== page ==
I am typing this with only one good hand. The other hand got caught in a tussle between the dogs and an orange neighbor cat. I scooped up the scared cat and handed him to his owner across the fence, resulting in nine puncture wounds, fortunately just in my left hand. You wished for kittens, and they are turning up everywhere. I am watching for infection and hoping the injury will not get in the way of dancing. Meanwhile, I am just lowering my standards for what needs to get done.

Lowering my standards is one of the most powerful coping skills I know. How clean is clean enough? You guessed it. It is clean enough already. Lots of problems can be solved this way. How can I bathe and wash my hair with deep puncture wounds in my hands? Bathing is so yesterday. Voila!

After the injury I oddly decided to play the piano, which I don’t do very often. I wanted to gently move my fingers to keep them supple, so they wouldn’t stiffen up and swell. I can’t say that it worked very well, but it was fun to play for a while.

I have not only been playing piano. I have been playing period. Yesterday I played with fabric and dye. You know what I have decided about play? Play is productive. When I play a lot I am much more effective and creative in other areas of my life. Plus I am happier.

Do you have time for play? If not, let me know and I will send you my musical thumb gourd. You can play a song after ploinking on the gourd for about five minutes. If you play it every day for a week, you will achieve full mastery. It is mildly out of tune, but can be adjusted to be mildly out of tune in new ways.

What will you do for play that will impress me sufficiently that I won’t put the thumb gourd in the mail to you?

Cringe

Cringe

My mascagnia vine is carelessly throwing around its yellow-flowered beauty with no regard for propriety. It is also called butterfly vine because the seed pods open like fluttering butterfly wings. It has taken over an arbor, two fences, and several large shrubs.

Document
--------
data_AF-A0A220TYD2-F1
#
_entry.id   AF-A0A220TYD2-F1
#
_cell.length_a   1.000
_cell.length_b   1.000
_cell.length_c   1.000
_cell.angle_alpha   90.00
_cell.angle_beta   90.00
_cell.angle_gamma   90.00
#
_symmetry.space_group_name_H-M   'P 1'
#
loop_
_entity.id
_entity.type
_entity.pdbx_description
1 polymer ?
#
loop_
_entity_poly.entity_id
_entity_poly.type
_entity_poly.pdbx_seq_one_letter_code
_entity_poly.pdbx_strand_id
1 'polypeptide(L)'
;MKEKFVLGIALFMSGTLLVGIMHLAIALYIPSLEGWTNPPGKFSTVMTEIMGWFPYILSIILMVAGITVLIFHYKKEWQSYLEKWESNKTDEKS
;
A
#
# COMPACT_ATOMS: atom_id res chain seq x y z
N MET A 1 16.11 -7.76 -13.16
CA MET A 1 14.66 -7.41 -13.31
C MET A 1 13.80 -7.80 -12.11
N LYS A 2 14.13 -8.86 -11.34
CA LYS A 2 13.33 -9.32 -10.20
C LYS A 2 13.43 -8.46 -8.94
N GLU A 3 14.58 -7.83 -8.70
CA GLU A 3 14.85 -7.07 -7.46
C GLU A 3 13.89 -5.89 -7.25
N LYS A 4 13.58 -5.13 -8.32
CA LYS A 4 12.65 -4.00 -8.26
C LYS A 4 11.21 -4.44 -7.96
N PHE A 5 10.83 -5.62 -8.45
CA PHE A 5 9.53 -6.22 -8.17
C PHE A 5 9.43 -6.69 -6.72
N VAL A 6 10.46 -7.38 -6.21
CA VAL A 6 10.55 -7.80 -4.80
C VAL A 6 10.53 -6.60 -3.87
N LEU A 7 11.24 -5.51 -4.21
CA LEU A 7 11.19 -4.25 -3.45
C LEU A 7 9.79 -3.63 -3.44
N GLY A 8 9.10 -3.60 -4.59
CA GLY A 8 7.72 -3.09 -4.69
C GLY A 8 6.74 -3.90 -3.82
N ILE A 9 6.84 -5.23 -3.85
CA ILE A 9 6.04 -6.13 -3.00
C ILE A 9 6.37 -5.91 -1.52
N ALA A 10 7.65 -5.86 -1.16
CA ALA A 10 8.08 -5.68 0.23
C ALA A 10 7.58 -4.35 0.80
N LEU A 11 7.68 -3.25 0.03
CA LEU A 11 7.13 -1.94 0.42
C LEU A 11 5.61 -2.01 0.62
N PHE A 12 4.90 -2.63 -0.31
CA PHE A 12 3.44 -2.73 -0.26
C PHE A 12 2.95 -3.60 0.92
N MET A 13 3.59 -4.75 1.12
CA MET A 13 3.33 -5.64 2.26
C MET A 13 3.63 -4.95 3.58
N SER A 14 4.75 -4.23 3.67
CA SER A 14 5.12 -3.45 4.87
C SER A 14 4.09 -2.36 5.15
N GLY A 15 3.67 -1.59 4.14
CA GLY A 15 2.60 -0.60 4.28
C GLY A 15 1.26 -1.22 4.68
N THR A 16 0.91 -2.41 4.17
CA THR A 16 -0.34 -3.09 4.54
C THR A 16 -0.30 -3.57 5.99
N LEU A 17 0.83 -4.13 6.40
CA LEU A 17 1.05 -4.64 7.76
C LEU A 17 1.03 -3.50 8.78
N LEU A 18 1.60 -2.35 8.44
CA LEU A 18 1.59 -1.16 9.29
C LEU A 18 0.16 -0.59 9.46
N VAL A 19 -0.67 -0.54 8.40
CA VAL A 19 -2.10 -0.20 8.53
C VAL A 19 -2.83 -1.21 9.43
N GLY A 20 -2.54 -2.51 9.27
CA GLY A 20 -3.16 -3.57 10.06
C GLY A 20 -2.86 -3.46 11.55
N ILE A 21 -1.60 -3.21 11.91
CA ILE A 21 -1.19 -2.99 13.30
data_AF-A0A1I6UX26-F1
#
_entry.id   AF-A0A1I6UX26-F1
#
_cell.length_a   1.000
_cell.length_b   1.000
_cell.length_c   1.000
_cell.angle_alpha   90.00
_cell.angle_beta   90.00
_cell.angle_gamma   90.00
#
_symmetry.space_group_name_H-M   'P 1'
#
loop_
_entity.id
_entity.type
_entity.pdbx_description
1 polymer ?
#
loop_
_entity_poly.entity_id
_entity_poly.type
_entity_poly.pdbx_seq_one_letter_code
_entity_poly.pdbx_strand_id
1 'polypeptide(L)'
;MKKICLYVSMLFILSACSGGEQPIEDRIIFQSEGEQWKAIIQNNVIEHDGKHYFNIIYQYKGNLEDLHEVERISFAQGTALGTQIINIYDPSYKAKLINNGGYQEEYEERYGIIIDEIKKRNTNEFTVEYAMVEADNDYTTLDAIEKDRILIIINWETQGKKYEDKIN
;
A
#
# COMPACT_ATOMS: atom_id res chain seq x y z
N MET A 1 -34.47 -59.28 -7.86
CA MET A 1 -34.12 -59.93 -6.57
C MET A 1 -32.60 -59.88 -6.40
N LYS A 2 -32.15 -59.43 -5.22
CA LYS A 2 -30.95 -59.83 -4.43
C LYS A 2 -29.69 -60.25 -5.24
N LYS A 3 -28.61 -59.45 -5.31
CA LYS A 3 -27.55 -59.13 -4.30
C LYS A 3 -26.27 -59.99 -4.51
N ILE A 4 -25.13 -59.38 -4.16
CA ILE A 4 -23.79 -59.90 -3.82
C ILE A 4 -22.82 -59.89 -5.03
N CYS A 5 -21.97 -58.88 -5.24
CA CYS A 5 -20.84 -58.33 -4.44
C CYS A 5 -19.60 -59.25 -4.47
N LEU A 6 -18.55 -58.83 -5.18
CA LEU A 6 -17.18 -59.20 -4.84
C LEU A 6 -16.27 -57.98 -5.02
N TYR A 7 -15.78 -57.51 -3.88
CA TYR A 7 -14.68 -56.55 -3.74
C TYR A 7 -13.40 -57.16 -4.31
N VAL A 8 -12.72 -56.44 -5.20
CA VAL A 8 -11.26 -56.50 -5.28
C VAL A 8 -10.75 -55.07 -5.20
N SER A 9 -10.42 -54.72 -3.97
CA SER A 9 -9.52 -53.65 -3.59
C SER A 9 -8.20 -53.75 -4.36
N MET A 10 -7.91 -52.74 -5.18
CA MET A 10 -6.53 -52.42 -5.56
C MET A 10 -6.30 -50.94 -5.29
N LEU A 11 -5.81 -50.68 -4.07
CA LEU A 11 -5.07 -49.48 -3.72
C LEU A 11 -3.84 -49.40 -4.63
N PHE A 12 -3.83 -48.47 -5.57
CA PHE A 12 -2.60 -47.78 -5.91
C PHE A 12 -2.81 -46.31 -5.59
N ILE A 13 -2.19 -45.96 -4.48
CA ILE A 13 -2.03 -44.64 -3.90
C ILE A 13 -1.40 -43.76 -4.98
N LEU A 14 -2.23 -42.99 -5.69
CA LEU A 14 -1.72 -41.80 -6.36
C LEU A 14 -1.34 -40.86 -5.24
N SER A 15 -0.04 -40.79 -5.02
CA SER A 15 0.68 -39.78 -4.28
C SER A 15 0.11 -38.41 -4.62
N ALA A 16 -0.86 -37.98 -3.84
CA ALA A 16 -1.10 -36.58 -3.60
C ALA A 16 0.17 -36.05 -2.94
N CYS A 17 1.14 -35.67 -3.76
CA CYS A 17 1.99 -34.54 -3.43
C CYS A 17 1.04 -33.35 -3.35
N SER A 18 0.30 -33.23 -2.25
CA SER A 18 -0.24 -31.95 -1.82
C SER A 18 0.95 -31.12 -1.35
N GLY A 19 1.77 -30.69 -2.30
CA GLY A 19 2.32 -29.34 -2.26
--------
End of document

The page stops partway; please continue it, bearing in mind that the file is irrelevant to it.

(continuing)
There was a time when I worried the vine would not make it. Shortly after I put it in to twine around the arbor, a yard man cut the vine to the ground with a weed whacker. I was so mad I called and complained. The lawn care company offered to replace it, but I said no. I thought it might come back.

Under the circumstances it is hard to exactly summon up why I was so mad, and calling undoubtedly got me noted in the yard company’s book as That Woman. Fast forward several years to today when I have the world’s most lovely vine, completely recovered. My reputation with the yard company has not recovered so fully. They prefer to deal with me by text.

I don’t want to be the awful woman who gets all uptight about a service provider’s minor mistake. People who do manual work have it hard enough without the customers being picky. But I love my plants, and love is irrational, so I was irrationally upset when it got whacked back. It is not possible to always get everything just right.

To be clear, my aspiration is to be kind and understanding and gentle at all times with people and plants and creatures, but I don’t live up to my ideal. Neither can you. We are just not ever going to have to decide whether to throw our hat in the ring for sainthood. I am telling you this so you will forgive yourself when you are grouchy. You have no trouble forgiving me.

Your life is pretty demanding. If you respond in a way that later makes you cringe, you are not alone. Let it go instead of browbeating yourself. If you wish, share a cringeworthy memory to comfort other caregivers who hold themselves to impossible standards.